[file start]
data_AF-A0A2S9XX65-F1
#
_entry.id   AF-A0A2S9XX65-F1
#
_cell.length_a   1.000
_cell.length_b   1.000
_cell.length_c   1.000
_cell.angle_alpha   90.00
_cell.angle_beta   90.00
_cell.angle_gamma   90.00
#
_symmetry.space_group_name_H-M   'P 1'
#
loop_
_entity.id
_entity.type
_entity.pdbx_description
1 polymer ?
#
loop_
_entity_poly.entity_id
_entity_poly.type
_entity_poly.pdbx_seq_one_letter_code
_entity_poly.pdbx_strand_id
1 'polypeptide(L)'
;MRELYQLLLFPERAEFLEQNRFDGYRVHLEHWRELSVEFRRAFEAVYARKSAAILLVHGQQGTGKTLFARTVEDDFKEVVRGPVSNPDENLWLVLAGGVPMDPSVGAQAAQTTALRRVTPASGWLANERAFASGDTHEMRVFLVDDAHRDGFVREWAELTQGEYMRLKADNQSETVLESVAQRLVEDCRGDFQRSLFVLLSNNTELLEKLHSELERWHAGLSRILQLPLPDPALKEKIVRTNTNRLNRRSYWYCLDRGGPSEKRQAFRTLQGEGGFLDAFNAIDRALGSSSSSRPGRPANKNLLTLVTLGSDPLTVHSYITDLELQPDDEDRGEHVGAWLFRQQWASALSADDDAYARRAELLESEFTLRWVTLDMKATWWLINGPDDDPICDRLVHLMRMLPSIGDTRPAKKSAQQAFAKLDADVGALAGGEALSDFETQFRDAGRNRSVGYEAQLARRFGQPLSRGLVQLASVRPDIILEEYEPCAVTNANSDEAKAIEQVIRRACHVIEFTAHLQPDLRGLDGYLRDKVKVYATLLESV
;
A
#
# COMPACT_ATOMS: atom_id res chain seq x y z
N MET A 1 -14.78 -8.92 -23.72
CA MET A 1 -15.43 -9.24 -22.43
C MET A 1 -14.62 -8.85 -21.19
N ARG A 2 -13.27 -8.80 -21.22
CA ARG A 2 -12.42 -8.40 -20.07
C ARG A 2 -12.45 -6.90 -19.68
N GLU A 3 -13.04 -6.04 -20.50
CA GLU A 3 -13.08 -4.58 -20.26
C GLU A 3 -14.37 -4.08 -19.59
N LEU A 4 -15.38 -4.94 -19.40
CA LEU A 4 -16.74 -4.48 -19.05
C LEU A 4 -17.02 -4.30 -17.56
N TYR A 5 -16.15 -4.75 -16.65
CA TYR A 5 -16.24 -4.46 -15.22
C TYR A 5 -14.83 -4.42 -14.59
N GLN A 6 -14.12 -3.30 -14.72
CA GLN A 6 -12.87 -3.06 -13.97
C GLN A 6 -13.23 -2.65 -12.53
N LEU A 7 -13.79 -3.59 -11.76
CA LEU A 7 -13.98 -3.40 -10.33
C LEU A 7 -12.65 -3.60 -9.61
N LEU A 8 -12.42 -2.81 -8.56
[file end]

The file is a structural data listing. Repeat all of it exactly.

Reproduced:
data_AF-A0A2S9XX65-F1
#
_entry.id   AF-A0A2S9XX65-F1
#
_cell.length_a   1.000
_cell.length_b   1.000
_cell.length_c   1.000
_cell.angle_alpha   90.00
_cell.angle_beta   90.00
_cell.angle_gamma   90.00
#
_symmetry.space_group_name_H-M   'P 1'
#
loop_
_entity.id
_entity.type
_entity.pdbx_description
1 polymer ?
#
loop_
_entity_poly.entity_id
_entity_poly.type
_entity_poly.pdbx_seq_one_letter_code
_entity_poly.pdbx_strand_id
1 'polypeptide(L)'
;MRELYQLLLFPERAEFLEQNRFDGYRVHLEHWRELSVEFRRAFEAVYARKSAAILLVHGQQGTGKTLFARTVEDDFKEVVRGPVSNPDENLWLVLAGGVPMDPSVGAQAAQTTALRRVTPASGWLANERAFASGDTHEMRVFLVDDAHRDGFVREWAELTQGEYMRLKADNQSETVLESVAQRLVEDCRGDFQRSLFVLLSNNTELLEKLHSELERWHAGLSRILQLPLPDPALKEKIVRTNTNRLNRRSYWYCLDRGGPSEKRQAFRTLQGEGGFLDAFNAIDRALGSSSSSRPGRPANKNLLTLVTLGSDPLTVHSYITDLELQPDDEDRGEHVGAWLFRQQWASALSADDDAYARRAELLESEFTLRWVTLDMKATWWLINGPDDDPICDRLVHLMRMLPSIGDTRPAKKSAQQAFAKLDADVGALAGGEALSDFETQFRDAGRNRSVGYEAQLARRFGQPLSRGLVQLASVRPDIILEEYEPCAVTNANSDEAKAIEQVIRRACHVIEFTAHLQPDLRGLDGYLRDKVKVYATLLESV
;
A
#
# COMPACT_ATOMS: atom_id res chain seq x y z
N MET A 1 -14.78 -8.92 -23.72
CA MET A 1 -15.43 -9.24 -22.43
C MET A 1 -14.62 -8.85 -21.19
N ARG A 2 -13.27 -8.80 -21.22
CA ARG A 2 -12.42 -8.40 -20.07
C ARG A 2 -12.45 -6.90 -19.68
N GLU A 3 -13.04 -6.04 -20.50
CA GLU A 3 -13.08 -4.58 -20.26
C GLU A 3 -14.37 -4.08 -19.59
N LEU A 4 -15.38 -4.94 -19.40
CA LEU A 4 -16.74 -4.48 -19.05
C LEU A 4 -17.02 -4.30 -17.56
N TYR A 5 -16.15 -4.75 -16.65
CA TYR A 5 -16.24 -4.46 -15.22
C TYR A 5 -14.83 -4.42 -14.59
N GLN A 6 -14.12 -3.30 -14.72
CA GLN A 6 -12.87 -3.06 -13.97
C GLN A 6 -13.23 -2.65 -12.53
N LEU A 7 -13.79 -3.59 -11.76
CA LEU A 7 -13.98 -3.40 -10.33
C LEU A 7 -12.65 -3.60 -9.61
N LEU A 8 -12.42 -2.81 -8.56